Reducing Egypt Rock Phosphate Use in Zea mays Cultivation on an Acid Soil Using Clinoptilolite Zeolite

Insufficient supply of P for initial growth of crops does not only limit N uptake but it also leads to poor yield of crops. In acidic soils of the tropics, sorption of P occurs mainly on surfaces of Fe and Al oxides and hydroxides. Most of the P added through mineral fertilizers is fixed by high Al and Fe oxide concentrations and transformed into insoluble P compounds. Reduction of Al and Fe is important so as to ensure adequate supply and readily available P for crops uptake. A number of studies using zeolites as an amendment in the fertilization programs of crops have improved crops production, nutrients uptake, and nutrients use efficiency. However, there is dearth of information on the use of clinoptilolite zeolite (CZ) to reduce P fixation not to mention reduction of N, P, and K fertilizers use in agriculture. This study was conducted to: (i) determine dry matter production, nutrients concentration, nutrients uptake, and use efficiency of Zea mays (Hibrimas variety) by including CZ in the fertilization program of Zea mays planted on an acidic soil, and (ii) determine the effect of including CZ in the fertilization program of Zea mays on selected chemical properties of an acidic soil. Egypt rock phosphate (ERP), urea, and muriate of potash were used in this study. Seventy five percent (w/w) of the recommended N, P, and K fertilizers for Zea mays were combined with CZ. Standard procedures were used to determine soil pH, inorganic nitrogen, available phosphorus, exchangeable aluminium, iron, potassium, calcium, magnesium, and organic matter before and after planting. Zea mays were harvested at tasselling stage and measured for dry matter production, nutrients uptake and use efficiency. The effect of CZ application with 75% of fertilizers (E2) and 100% fertilizers (E1) were statistically similar for selected soil chemical properties, dry matter production, nutrients concentration, uptake of nutrients, and nutrients use efficiency except for N. Nitrogen use efficiency for E2 was better than that of E1. These findings suggest that adoption of CZ with 25% reduction of N, P, and K fertilizers are useful. Further field trials and economic analysis are recommended to confirm the findings of this study. These aspects are being investigated in our on-going field experiments.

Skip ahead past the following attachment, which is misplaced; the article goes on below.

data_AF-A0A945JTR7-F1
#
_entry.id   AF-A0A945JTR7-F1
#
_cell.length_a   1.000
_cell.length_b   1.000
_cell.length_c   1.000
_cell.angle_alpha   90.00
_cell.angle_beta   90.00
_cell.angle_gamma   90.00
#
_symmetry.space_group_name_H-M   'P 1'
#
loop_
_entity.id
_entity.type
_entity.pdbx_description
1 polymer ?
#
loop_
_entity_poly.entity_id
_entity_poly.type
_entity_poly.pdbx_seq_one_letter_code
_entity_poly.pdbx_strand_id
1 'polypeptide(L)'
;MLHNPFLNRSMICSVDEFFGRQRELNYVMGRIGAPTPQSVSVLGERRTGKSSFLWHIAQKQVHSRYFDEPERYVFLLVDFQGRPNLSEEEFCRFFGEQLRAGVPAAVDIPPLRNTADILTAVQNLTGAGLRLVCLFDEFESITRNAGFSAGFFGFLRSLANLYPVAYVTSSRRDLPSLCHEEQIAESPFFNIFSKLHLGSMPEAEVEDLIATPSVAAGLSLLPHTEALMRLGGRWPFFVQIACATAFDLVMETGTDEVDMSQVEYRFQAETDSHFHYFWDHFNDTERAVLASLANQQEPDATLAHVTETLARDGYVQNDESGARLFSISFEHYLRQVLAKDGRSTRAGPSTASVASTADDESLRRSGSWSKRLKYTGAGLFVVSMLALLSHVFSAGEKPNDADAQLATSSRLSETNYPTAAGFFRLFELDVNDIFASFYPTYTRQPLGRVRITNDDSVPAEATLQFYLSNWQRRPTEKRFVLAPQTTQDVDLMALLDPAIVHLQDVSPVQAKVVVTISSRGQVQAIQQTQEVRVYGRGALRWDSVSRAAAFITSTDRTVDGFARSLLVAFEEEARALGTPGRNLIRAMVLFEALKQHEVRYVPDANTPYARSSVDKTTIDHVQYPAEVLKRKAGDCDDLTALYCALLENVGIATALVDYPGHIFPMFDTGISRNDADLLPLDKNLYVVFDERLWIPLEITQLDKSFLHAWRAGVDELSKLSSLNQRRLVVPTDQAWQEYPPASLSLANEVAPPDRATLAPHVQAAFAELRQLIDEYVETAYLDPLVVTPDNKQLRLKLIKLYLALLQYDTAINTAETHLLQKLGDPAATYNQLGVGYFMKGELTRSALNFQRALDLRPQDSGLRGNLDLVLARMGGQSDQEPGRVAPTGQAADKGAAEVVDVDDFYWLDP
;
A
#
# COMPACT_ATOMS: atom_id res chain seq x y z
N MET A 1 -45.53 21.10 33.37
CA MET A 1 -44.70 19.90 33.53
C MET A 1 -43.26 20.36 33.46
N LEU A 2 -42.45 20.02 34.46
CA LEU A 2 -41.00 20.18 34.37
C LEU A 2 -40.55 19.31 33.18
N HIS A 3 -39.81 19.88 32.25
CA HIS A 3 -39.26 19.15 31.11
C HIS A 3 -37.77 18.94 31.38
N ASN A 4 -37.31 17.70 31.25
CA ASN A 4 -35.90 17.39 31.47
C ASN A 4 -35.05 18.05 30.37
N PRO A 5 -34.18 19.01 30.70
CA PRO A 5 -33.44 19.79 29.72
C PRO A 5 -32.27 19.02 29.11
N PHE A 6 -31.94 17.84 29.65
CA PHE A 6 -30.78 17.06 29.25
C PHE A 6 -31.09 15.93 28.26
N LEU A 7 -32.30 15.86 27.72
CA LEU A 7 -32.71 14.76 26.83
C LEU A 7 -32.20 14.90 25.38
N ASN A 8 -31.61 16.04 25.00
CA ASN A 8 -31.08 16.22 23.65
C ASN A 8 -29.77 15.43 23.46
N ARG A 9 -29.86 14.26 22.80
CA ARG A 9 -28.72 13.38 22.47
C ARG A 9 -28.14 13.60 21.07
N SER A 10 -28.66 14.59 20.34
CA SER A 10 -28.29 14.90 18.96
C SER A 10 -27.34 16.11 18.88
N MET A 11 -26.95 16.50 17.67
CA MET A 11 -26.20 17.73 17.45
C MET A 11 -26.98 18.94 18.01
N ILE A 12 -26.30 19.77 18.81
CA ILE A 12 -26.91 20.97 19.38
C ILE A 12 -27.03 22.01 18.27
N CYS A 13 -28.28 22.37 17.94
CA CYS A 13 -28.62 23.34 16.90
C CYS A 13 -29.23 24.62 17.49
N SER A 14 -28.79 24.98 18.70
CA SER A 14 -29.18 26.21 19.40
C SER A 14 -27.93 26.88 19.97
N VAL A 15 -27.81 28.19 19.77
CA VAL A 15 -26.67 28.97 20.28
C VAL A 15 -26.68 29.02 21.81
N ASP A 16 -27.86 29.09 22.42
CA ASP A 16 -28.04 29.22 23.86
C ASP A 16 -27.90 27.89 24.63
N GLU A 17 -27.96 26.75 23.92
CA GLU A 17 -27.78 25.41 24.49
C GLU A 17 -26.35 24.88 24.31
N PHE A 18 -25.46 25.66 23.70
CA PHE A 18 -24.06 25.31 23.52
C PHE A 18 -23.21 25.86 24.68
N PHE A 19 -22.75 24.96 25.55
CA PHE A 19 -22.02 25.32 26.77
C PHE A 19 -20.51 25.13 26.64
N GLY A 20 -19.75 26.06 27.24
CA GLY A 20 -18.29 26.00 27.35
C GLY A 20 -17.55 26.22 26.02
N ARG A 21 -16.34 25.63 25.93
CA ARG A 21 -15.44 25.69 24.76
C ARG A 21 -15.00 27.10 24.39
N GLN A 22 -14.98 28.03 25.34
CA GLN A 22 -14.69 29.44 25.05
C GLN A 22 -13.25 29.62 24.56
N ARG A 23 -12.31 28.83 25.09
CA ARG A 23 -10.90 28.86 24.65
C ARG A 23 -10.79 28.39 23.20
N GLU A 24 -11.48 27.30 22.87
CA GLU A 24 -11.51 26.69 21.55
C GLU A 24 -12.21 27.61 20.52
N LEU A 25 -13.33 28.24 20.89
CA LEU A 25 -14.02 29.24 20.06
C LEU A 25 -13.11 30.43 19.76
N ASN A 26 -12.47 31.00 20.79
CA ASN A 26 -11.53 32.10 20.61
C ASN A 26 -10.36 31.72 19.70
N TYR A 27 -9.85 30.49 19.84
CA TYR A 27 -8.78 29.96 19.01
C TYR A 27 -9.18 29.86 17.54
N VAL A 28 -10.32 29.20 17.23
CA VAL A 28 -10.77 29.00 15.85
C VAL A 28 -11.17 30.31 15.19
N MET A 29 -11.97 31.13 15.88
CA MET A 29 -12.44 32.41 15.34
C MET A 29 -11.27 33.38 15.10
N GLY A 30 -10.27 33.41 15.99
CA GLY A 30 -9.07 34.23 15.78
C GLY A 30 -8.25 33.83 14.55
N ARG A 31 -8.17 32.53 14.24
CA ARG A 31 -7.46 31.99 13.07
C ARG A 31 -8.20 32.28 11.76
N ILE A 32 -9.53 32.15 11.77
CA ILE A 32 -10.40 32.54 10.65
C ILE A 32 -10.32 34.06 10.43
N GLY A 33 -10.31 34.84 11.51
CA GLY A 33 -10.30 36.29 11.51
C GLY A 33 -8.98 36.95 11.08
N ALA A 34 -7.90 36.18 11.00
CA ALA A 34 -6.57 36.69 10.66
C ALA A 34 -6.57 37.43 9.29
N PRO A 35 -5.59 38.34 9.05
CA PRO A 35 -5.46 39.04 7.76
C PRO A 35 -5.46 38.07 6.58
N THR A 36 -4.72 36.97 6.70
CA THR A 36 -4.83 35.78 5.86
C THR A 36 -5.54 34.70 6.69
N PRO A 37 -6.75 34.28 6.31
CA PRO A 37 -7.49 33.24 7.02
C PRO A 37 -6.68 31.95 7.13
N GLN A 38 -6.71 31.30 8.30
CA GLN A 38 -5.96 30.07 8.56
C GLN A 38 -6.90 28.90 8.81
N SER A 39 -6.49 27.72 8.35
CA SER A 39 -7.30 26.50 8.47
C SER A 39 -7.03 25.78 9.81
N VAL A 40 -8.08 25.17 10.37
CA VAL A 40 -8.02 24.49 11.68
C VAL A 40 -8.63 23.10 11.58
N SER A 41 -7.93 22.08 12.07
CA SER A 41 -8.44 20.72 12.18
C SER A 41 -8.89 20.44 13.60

Issue Date:
2014
Publication Type:
Journal Article
PURL Identifier:
http://purl.umn.edu/230405
Published in:
Sustainable Agriculture Research, Volume 04, Number 1




 Record created 2017-04-01, last modified 2017-11-17

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